For travelers, though, that presents real opportunities, in terms of locking in deals and discounts that you might not be able to get in normal times. It’s a bit of a balancing act: You want to plan far enough ahead that COVID-19 shouldn’t be an issue, but not so far ahead that hotels and airlines aren’t even taking bookings yet.
Just try to avoid large non-refundable deposits, since everything is in flux: schedules may change, hotels may go under, cruise lines may shutter. Even refundable deposits can be a headache to get back. The virus is running the show at this point, so only make definite plans if you can cheaply and easily shift things around.
One source for deals you might not think of, from financial planner Herschel Clanton of Atlanta: Costco’s travel department. The big-box retailer’s purchasing power enables its travel buyers to negotiate sweet discounts; “Executive members” get 2% rewards on travel, and an additional 3% for using the Costco Anywhere Visa card from Citi.
Make the most of your points
This is always good advice, but especially now, since we have such a long runway ahead of us. So even if you don’t have a lot of travel rewards built up yet, select a credit card with an impressive points system, and plan on directing most of your charges over the next year or two to that card.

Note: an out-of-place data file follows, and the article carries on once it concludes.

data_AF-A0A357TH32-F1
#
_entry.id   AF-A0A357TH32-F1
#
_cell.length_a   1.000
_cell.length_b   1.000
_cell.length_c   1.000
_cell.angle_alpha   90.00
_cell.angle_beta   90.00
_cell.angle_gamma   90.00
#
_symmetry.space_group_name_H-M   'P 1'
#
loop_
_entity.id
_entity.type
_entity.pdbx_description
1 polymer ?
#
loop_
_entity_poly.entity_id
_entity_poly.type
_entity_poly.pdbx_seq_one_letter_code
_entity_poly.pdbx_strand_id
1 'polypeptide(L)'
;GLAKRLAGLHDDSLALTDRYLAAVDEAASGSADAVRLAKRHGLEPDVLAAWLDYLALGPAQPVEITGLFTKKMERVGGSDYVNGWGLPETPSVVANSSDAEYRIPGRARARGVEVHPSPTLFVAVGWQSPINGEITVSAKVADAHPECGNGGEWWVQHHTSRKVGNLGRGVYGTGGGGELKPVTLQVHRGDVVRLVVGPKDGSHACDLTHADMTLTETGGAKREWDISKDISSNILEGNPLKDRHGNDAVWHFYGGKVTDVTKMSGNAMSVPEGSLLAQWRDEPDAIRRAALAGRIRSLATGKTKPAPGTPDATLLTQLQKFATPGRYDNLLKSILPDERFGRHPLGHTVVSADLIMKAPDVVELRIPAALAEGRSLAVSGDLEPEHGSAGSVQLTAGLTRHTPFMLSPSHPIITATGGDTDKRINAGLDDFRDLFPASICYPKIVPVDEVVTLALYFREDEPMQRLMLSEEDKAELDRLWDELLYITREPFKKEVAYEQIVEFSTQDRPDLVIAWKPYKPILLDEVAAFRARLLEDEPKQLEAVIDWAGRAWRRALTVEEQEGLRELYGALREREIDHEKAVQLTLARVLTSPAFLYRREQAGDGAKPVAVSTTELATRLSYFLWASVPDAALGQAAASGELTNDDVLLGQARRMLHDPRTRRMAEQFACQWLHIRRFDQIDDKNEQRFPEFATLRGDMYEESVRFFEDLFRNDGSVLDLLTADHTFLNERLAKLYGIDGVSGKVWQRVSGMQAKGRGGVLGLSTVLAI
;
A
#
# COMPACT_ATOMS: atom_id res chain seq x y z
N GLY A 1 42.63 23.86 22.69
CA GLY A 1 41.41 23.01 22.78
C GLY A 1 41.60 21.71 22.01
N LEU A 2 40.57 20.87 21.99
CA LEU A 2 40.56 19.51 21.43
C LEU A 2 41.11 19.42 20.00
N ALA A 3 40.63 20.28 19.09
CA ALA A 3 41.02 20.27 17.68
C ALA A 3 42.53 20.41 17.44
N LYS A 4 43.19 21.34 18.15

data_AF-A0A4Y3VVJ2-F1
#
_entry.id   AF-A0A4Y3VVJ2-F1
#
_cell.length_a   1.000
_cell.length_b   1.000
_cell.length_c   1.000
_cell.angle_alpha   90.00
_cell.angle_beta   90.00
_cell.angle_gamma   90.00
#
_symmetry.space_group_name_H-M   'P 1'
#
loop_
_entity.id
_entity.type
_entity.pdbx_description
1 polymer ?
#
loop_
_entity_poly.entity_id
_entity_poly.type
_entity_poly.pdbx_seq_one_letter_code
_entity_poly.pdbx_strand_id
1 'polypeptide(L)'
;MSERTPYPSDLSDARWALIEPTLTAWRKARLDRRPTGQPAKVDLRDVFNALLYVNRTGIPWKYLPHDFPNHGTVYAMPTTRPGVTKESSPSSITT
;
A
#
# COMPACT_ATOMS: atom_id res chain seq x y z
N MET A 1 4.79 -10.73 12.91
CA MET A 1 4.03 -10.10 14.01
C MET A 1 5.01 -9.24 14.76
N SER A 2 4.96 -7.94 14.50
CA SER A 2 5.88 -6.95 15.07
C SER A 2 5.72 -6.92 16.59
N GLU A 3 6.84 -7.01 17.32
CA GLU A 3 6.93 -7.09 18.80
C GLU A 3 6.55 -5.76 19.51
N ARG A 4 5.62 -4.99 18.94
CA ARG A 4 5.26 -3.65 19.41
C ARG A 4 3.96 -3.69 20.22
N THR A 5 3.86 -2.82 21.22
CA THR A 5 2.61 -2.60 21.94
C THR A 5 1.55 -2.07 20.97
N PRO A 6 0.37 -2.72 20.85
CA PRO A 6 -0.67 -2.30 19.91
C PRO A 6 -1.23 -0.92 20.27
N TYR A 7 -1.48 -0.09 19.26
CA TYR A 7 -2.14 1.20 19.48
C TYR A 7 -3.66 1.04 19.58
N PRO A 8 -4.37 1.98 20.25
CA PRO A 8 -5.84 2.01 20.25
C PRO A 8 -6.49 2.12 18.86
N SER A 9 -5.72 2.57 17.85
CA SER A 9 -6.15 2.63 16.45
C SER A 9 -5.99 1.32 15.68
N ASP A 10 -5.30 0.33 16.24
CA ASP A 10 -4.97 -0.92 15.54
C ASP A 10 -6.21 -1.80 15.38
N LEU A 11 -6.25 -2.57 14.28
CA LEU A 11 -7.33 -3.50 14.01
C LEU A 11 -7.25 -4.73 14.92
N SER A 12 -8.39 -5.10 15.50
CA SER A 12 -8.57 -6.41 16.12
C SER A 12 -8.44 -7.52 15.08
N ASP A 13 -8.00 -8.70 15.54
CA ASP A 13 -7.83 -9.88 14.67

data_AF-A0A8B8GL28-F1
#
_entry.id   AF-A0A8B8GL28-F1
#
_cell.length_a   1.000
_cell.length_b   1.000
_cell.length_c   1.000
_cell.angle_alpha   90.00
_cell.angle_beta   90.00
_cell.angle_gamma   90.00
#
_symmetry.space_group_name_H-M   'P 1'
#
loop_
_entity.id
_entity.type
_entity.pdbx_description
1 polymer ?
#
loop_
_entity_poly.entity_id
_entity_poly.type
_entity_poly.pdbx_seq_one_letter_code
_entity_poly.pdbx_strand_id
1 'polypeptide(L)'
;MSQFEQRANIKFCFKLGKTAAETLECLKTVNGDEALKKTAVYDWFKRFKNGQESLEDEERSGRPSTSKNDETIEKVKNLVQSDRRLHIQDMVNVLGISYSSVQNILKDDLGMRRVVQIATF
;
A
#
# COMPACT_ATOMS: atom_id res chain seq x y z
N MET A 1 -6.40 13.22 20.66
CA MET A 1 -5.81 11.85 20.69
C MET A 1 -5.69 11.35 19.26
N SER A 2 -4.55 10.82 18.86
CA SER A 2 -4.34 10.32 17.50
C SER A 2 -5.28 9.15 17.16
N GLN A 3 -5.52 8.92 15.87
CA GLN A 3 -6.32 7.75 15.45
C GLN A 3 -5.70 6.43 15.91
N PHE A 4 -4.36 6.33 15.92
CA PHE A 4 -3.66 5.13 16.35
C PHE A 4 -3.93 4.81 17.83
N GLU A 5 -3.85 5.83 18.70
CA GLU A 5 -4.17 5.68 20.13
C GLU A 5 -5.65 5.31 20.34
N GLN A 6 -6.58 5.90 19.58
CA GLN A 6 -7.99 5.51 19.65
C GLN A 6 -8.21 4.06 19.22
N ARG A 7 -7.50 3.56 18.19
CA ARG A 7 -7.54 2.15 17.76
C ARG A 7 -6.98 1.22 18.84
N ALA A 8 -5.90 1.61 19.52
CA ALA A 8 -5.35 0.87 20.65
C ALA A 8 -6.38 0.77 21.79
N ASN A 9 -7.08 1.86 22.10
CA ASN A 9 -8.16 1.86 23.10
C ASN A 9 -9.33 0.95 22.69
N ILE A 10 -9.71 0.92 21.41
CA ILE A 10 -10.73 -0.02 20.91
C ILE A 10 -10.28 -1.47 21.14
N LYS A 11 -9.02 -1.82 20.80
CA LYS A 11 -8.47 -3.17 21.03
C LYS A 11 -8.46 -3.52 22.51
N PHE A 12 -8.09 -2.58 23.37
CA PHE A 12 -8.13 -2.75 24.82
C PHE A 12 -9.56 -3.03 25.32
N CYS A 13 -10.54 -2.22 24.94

You can get a head start with cards offering generous signup bonuses right now, like Chase Sapphire Preferred and Capital One Venture. If you use programs with transferable points, like AmEx Membership Rewards, Chase Ultimate Rewards, or Citi Thank You points, you aren’t locked into one travel provider.
Look closer to home as well
Especially for older travelers, who are in a higher-risk demographic for the coronavirus, the idea of gallivanting around the world might seem a little daunting right now. So there’s no reason why your “Revenge Travel” can’t take place right here in the States, and even involve the grandkids as well.
Of course, everyone else is thinking the same thing — that’s why RV sales are through the roof and longer-term vacation home rentals have become more scarce than usual. A good place to start: the road-trip search tools for AAA or AARP.
But if you are staying closer to home, don’t expect any screaming bargains right now, especially in vacation areas that are within driving range of large American cities, which are proving understandably popular in 2020.
Get travel insurance
In normal times, people tend to think of travel insurance as an afterthought: Something you might get, or might not, with no huge implications either way.
This time, with so much uncertainty swirling all around, it would be an oversight to not get some kind of protection for your travel expenses. Among top firms offering travel insurance are familiar names like AIG, John Hancock, Travelex, Allianz, and Berkshire Hathaway.
Just be aware of the fine print, and research what you are actually covered for, experts advise. You might qualify for refunds if a flight is cancelled or if you fall sick, for instance, but not for a more personal decision like if you just don’t feel safe.
That’s what Mark Mandel is planning, to ensure all goes well with his big Paris trip. “I’ve never gotten travel insurance before, but I probably will now,” he says. “Because the fact is, these days, no one really knows what is going to happen.”